An aside: Just like its stems and branches, the energy of a plant is always moving up and out; that’s where the strongest areas of a plant are. Conversely, the inside and lower areas are weakest; if left to itself, the tree would shed growth in those areas. Also, the highest point on a tree is the place where the most growth is going to occur. Arborists call the highest reaching stem on a tree its “leader.” In a future installment, we’ll talk about how to reduce the height of a tree with releadering cuts — a combination of thinning and tipping cuts that avoids the very damaging and ugly assault known as tree topping.

Pruning rules to follow

Two rules of proper pruning help a tree heal pruning wounds. The first is the preservation of the branch collar. At the base of every branch (but not of the tree’s leader) is a slightly swollen band of tissue that has the capacity to grow over the wound. When making a thinning cut, always cut just beyond the edge of this collar tissue. (As a corollary, never leave a stump beyond the collar. It just won’t heal!)

The collar on this oak tree's branch is easy to see by the wrinkles; a saw cut would be just outside them.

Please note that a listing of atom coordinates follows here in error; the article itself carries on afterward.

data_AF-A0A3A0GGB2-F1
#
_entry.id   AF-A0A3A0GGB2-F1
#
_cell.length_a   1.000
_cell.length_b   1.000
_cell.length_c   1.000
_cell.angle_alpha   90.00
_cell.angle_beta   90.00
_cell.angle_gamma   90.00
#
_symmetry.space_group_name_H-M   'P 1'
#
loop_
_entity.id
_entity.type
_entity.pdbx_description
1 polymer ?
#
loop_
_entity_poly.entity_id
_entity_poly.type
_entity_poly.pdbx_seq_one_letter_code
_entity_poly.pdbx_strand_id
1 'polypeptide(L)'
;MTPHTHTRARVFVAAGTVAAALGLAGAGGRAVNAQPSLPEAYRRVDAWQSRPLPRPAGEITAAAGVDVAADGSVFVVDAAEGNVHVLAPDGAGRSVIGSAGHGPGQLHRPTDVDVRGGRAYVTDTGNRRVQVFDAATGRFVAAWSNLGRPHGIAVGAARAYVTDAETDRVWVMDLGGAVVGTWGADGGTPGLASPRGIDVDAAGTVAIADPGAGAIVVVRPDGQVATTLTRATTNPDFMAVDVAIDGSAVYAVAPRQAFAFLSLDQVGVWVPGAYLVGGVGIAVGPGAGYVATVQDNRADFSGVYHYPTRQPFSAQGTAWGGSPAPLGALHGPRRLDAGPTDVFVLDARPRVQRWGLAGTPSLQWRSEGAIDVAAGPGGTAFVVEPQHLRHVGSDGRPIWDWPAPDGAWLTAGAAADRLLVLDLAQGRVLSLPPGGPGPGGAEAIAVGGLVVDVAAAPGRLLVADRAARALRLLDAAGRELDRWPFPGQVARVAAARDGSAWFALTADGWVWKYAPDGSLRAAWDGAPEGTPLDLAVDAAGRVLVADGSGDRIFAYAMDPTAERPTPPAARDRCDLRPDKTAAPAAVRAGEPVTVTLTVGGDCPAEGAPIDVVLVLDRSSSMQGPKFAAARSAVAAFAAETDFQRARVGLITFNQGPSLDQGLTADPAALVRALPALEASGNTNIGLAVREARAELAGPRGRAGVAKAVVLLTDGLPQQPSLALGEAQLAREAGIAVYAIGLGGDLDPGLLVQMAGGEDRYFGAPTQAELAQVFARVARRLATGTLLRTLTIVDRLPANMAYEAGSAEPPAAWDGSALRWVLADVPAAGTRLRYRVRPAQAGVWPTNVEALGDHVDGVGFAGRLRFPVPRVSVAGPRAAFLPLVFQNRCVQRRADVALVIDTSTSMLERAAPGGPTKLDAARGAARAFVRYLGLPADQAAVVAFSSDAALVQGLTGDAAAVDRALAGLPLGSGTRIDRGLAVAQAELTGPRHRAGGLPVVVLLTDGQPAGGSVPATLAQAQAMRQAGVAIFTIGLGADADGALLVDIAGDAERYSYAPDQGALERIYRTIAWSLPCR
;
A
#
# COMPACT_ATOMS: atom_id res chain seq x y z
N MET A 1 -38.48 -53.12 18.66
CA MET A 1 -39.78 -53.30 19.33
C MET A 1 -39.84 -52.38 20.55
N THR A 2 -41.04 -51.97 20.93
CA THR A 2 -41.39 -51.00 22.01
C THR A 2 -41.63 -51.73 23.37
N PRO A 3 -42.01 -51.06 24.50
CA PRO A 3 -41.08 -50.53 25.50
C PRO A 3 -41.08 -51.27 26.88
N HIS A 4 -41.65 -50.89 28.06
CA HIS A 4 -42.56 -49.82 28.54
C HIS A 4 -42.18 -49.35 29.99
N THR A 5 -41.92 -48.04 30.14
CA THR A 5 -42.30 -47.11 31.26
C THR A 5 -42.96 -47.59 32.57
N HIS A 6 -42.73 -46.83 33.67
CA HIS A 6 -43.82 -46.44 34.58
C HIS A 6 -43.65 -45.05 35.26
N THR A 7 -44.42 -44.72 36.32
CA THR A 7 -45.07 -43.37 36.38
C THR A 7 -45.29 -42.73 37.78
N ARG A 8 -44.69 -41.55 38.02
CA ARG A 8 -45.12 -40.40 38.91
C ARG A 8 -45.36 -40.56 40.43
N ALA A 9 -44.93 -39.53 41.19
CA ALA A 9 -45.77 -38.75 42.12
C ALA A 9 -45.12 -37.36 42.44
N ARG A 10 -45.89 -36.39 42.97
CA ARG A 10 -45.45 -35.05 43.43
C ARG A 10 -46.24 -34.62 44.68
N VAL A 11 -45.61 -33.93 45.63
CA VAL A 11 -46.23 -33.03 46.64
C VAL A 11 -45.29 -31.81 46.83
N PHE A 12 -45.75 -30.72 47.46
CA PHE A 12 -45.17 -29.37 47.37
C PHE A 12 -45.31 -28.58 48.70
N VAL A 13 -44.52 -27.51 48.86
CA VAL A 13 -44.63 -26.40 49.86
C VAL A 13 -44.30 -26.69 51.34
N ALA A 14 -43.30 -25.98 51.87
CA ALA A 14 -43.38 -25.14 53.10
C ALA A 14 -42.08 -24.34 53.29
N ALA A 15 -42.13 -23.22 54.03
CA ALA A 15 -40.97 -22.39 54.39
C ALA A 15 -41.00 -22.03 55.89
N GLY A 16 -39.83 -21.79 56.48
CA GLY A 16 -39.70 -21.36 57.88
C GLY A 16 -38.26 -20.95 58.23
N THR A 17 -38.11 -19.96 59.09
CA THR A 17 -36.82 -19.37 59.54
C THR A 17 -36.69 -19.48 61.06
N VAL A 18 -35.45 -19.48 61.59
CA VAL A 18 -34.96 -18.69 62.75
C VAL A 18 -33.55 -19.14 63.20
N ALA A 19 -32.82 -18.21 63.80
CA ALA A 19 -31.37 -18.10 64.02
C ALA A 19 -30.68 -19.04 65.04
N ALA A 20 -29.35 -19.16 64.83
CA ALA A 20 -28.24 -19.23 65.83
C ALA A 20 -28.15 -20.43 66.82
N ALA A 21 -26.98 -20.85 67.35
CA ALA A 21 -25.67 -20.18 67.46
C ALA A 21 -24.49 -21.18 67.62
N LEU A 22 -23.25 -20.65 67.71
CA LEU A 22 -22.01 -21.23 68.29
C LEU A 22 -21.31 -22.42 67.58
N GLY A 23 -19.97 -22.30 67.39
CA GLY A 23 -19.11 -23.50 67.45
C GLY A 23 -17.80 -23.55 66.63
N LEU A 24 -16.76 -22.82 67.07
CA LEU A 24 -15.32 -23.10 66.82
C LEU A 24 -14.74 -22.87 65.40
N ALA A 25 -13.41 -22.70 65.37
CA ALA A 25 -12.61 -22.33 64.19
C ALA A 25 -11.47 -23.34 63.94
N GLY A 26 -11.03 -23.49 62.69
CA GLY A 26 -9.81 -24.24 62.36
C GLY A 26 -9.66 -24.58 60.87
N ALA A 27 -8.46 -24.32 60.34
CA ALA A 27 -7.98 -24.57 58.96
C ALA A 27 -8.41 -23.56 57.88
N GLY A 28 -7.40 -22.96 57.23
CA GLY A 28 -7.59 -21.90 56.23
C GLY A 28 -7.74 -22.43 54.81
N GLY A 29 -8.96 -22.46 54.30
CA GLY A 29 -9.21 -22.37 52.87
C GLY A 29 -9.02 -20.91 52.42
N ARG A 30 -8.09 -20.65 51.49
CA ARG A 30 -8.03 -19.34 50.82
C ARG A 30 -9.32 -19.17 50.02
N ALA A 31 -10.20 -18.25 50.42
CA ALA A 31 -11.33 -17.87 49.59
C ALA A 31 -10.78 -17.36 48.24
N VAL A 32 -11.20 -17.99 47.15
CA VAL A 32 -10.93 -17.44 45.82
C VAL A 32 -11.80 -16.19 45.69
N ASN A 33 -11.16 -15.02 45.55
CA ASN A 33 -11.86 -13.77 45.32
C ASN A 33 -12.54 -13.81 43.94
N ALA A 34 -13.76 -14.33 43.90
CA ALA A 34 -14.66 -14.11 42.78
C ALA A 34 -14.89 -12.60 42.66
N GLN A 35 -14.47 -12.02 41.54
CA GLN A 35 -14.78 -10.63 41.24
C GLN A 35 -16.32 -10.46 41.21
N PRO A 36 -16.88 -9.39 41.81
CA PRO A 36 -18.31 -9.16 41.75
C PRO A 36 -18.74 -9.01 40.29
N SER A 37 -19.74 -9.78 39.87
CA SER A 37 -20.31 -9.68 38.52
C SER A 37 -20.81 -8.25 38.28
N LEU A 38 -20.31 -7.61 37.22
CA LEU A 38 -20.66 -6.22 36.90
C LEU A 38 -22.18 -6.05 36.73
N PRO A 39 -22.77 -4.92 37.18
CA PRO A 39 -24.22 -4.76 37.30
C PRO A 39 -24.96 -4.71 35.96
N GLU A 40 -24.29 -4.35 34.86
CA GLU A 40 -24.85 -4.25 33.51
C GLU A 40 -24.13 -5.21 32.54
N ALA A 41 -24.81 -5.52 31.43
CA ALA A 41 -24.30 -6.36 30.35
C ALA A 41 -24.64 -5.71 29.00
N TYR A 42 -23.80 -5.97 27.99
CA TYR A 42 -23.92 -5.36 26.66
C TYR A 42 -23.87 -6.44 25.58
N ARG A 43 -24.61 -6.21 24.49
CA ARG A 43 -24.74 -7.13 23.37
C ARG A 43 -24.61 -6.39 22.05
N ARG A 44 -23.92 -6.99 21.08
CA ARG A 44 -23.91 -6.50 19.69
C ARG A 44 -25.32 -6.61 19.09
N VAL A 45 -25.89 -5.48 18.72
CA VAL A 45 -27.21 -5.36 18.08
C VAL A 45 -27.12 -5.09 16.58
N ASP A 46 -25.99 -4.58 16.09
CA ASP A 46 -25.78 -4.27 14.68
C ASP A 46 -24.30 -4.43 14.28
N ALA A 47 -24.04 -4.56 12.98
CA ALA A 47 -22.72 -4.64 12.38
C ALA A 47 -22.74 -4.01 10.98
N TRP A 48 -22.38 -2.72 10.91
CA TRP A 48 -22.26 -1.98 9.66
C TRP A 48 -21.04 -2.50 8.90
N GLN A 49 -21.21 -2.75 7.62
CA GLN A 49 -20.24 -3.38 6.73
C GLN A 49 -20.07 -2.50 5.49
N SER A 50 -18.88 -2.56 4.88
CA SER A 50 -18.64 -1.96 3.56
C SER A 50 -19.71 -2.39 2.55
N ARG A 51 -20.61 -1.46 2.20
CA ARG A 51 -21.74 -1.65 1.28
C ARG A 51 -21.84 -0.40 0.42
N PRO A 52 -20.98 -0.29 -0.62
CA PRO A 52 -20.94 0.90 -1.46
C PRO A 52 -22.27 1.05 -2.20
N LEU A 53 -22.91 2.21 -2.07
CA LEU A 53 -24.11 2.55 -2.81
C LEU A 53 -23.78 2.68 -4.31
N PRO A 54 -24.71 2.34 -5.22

The collar on this oak tree’s branch is easy to see by the wrinkles; a saw cut would be just outside them.

The second rule addresses the size of the branch that’s to be removed. This is the one-third rule, that dictates that, when you are making a thinning cut, the stem that remains should be at least 1/3 the diameter of the one you want to remove. This may be a difficult concept, so see the illustration.

The one third rule: the remaining stem is at least one-third as thick as the stem that was removed.
The one third rule: the remaining stem is at least one-third as thick as the stem that was removed.

Whew! We’ve covered a LOT of techniques here. While I hope that this serves as a good reference, I encourage beginning pruners to search out hands-on classes at local nurseries and community colleges. Take your time practicing these concepts — and speaking of time, remember that the WHEN of pruning is just as important as the cuts themselves! I’ll discuss timing in the next installment.


Let’s talk about proper tools for healthy (for the tree), safe (for you!) pruning. There are two kinds of hand shears in stores: bypass pruners, where a sharp blade cuts, and anvil pruners, which crush. Crushing leaves a jagged edge that’s hard to heal, so I only recommend bypass pruners. These come in different sizes to fit your hand, and can be sharpened when they get dull, making them a worthwhile investment.